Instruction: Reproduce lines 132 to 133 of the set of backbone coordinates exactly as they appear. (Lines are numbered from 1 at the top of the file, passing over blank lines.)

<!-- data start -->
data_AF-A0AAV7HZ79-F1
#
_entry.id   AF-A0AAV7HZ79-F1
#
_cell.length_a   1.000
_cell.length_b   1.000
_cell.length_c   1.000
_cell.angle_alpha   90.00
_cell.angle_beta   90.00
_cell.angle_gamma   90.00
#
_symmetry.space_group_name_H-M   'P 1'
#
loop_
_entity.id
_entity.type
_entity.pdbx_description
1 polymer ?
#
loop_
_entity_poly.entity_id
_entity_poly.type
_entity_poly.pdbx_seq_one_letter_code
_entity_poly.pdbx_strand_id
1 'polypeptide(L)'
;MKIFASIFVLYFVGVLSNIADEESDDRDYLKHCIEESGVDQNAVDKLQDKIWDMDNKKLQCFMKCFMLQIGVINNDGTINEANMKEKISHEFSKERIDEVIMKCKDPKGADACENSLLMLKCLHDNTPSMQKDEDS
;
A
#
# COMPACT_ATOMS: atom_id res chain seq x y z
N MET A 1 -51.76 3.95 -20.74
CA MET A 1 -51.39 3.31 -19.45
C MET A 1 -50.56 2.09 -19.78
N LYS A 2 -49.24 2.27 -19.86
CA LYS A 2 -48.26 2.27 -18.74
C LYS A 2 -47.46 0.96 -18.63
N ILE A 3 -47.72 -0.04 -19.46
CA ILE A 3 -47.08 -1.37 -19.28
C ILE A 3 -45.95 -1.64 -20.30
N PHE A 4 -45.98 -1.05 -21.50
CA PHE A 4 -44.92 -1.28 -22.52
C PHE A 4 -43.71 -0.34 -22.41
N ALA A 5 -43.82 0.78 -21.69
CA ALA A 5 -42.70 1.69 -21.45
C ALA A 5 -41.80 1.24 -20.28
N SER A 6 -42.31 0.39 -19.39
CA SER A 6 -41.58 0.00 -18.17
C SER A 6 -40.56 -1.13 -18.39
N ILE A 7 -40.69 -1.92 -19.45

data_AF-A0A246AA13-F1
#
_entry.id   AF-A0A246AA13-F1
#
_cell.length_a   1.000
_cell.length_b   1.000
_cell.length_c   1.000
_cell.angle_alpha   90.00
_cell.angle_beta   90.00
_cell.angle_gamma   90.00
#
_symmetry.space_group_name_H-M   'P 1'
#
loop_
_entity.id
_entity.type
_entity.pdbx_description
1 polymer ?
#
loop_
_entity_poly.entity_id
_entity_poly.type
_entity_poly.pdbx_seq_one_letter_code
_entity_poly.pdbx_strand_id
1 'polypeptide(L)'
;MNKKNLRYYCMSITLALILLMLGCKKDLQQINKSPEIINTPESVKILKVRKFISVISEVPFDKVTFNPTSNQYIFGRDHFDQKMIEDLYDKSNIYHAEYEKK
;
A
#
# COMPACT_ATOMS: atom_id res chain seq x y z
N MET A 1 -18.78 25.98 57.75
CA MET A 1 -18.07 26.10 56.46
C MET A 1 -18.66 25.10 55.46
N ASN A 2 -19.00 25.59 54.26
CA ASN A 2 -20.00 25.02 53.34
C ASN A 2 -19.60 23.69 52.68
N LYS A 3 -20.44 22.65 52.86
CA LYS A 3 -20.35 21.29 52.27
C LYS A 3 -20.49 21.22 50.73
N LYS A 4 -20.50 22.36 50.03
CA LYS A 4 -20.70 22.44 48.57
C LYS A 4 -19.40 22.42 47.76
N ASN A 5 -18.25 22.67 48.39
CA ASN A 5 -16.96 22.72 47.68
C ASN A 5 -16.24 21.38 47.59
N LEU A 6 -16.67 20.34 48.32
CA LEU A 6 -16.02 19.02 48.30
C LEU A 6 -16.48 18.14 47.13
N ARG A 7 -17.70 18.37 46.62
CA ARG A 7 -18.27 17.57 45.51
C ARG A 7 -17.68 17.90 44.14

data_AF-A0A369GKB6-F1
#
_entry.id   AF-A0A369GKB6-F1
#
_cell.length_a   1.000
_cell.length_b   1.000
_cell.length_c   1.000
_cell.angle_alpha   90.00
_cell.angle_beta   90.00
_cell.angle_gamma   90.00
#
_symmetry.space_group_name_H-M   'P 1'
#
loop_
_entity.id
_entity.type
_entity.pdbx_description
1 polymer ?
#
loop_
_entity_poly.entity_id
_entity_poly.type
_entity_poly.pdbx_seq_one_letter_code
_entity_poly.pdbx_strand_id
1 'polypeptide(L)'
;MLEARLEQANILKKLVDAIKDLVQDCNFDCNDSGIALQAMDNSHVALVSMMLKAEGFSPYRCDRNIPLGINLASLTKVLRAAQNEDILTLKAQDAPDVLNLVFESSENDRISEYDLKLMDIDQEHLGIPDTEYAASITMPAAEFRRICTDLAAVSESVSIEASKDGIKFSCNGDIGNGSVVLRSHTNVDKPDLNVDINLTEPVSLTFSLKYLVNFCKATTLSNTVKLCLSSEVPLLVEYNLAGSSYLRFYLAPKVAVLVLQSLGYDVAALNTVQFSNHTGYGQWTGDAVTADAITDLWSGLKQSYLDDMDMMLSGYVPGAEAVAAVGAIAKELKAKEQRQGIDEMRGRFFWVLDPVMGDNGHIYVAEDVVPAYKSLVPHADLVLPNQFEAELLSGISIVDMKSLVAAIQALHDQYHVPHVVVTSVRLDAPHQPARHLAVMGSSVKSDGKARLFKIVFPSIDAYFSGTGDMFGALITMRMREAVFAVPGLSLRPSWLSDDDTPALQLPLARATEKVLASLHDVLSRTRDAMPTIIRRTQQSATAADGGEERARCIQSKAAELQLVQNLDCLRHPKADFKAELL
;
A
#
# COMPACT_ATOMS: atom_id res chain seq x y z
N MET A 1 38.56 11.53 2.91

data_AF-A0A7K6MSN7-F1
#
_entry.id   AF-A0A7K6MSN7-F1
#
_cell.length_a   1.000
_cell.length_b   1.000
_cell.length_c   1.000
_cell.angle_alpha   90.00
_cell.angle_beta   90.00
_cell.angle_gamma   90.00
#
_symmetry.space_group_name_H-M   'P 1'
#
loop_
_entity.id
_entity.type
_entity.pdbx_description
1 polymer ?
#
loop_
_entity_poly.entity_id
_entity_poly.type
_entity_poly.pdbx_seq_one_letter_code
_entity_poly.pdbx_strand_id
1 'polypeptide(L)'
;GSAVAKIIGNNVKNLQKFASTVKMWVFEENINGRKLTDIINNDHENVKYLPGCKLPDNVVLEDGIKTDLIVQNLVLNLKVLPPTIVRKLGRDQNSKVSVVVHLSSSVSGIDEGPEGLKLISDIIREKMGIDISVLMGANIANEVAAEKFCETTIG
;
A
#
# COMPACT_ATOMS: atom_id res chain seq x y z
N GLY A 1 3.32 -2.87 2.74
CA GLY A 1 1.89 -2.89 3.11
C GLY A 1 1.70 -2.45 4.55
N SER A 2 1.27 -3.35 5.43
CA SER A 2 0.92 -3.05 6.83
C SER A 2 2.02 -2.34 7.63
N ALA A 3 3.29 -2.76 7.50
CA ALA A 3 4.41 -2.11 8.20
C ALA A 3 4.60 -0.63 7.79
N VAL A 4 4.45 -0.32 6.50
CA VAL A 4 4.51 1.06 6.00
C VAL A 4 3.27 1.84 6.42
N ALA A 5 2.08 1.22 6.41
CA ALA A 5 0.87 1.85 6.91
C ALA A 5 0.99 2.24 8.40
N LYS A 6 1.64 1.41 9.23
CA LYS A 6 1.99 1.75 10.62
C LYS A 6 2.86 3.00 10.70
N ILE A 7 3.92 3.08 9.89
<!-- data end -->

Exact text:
data_AF-A0A7K6MSN7-F1
#